• template or force-inline method (though prefer implementation at bottom of header file).
    • one-line implementation (in which case include it in same line as declaration).
  6. For a property foo
    • Member: m_foo;
    • Getter: foo(); also: for booleans, isFoo()
    • Setter: setFoo();


  1. Collection conventions:
    • ...s means std::vector e.g. using MyTypes = std::vector<MyType>
    • ...Set means std::set e.g. using MyTypeSet = std::set<MyType>
    • ...Hash means std::unordered_set e.g. using MyTypeHash = std::unordered_set<MyType>
  2. Class conventions:
    • ...Face means the interface of some shared concept. (e.g. FooFace might be a pure virtual class.)
  3. Avoid unpronounceable names:
    • If you need to shorten a name favour a pronouncable slice of the original to a scattered set of consonants.
    • e.g. Manager shortens to Man rather than Mgr.
  4. Avoid prefixes of initials (e.g. DON'T use IMyInterface, CMyImplementation)
  5. Find short, memorable & (at least semi-) descriptive names for commonly used classes or name-fragments.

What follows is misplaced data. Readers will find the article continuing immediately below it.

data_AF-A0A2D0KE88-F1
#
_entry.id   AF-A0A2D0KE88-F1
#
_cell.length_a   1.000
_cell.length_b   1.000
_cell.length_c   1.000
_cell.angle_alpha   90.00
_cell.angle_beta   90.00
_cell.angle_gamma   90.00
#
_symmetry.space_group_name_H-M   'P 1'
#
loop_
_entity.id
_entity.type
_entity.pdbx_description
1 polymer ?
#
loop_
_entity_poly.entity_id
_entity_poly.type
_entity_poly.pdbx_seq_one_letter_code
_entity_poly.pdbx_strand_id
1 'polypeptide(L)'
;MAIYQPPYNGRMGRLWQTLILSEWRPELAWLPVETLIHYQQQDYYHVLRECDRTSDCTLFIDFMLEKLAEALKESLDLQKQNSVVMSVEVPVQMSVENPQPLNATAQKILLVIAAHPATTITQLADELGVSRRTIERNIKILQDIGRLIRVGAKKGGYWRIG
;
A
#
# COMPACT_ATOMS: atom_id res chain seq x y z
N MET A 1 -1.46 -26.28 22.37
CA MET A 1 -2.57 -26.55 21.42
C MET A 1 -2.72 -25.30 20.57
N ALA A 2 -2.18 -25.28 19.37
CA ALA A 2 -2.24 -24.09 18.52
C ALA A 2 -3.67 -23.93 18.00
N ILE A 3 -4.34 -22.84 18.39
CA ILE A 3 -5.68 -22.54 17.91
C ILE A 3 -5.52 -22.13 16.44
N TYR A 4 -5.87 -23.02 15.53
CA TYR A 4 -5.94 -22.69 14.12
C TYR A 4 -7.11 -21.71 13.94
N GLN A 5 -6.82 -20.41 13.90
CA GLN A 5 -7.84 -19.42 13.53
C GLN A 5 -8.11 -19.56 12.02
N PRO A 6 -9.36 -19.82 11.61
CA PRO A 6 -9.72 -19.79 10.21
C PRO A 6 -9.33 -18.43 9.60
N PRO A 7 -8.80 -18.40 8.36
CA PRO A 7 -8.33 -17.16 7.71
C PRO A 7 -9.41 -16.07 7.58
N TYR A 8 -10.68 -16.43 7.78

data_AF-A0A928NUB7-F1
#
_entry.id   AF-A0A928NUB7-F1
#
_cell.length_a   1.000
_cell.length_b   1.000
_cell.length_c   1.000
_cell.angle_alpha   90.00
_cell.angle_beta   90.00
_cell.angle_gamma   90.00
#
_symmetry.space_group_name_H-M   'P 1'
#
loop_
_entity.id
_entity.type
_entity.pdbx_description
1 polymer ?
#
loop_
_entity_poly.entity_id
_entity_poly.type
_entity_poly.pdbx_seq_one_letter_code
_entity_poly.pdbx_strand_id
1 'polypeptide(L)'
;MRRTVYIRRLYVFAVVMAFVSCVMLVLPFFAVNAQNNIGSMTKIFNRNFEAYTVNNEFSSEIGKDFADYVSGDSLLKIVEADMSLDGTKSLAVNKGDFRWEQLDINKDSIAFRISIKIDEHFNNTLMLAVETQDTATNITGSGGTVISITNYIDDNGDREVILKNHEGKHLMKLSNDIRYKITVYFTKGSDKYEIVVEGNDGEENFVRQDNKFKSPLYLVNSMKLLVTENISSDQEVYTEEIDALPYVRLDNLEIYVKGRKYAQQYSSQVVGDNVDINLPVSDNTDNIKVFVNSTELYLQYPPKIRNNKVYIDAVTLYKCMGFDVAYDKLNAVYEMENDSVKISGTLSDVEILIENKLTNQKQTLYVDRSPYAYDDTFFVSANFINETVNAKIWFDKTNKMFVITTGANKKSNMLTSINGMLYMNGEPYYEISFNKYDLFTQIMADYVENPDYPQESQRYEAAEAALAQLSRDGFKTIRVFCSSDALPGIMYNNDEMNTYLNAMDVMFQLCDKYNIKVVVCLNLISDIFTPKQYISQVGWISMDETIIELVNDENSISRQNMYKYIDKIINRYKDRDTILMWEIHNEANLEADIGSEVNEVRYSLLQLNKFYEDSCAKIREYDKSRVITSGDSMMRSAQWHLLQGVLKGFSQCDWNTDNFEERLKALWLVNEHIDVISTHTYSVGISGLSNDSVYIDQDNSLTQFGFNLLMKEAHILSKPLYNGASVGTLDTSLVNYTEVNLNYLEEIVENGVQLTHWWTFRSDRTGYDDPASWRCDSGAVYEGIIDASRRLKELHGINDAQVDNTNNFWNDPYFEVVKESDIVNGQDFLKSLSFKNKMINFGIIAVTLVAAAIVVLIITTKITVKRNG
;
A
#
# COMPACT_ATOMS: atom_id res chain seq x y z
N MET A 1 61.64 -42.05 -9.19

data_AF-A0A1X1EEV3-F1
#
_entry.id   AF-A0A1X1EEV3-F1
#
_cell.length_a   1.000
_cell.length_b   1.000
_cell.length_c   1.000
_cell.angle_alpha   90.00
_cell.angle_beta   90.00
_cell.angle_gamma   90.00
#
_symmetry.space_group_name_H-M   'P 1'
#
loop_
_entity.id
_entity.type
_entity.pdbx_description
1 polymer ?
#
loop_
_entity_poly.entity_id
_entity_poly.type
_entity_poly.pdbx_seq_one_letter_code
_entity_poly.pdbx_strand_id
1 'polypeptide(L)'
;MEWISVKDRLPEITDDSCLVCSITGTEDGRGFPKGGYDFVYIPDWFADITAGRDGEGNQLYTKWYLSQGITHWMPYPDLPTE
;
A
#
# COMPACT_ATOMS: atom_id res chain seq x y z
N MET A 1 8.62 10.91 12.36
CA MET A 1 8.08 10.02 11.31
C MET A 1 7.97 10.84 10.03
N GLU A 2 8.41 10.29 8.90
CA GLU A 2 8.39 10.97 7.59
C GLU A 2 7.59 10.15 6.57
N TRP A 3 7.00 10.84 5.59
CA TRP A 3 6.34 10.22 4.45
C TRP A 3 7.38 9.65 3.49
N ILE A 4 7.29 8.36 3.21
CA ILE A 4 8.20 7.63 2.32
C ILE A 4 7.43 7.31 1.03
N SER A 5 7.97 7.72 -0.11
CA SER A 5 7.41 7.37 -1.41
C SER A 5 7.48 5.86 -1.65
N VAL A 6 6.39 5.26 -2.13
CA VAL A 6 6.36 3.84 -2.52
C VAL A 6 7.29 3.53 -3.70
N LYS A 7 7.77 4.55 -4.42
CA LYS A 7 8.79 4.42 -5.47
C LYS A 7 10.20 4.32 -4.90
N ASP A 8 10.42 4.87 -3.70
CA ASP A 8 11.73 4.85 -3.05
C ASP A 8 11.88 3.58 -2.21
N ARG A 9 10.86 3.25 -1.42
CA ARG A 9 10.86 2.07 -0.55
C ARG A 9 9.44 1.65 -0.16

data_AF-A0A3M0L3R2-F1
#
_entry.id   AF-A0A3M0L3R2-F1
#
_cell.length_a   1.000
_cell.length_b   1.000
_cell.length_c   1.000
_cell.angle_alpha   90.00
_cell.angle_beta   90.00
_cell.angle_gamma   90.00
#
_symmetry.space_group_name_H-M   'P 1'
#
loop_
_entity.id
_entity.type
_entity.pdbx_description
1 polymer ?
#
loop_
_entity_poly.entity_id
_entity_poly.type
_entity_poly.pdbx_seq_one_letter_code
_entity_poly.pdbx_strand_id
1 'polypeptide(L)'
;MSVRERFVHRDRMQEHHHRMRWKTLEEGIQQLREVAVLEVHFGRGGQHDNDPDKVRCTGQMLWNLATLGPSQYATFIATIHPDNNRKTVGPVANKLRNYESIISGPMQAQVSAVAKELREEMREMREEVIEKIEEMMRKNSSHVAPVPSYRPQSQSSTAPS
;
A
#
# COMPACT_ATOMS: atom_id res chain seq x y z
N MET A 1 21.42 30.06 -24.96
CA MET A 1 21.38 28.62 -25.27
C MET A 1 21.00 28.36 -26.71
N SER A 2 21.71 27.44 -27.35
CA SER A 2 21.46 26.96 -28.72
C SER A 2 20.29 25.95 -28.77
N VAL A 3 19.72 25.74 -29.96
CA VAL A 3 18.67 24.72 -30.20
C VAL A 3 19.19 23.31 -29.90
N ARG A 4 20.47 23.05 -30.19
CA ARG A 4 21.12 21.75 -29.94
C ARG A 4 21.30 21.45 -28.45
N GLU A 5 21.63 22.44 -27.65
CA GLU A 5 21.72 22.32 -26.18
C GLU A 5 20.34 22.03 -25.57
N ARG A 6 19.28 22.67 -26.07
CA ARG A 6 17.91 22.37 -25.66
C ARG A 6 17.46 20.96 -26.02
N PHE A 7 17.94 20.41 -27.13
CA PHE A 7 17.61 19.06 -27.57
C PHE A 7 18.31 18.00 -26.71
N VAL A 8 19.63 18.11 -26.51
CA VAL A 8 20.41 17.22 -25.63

• A dictionary and thesaurus are your friends.
    • Spell correctly.
    • Think carefully about the class's purpose.
    • Imagine it as an isolated component to try to decontextualise it when considering its name.
    • Don't be trapped into naming it (purely) in terms of its implementation.


  1. Prefer using to typedef. E.g. using ints = std::vector<int> rather than typedef std::vector<int> ints.
  2. Generally avoid shortening a standard form that already includes all important information:
    • e.g. stick to shared_ptr<X> rather than shortening to ptr<X>.
  3. Where there are exceptions to this (due to excessive use and clear meaning), note the change prominently and use it consistently.
    • e.g.
    using Guard = std::lock_guard<std::mutex>; ///< Guard is used throughout the codebase since it's clear in meaning and used commonly.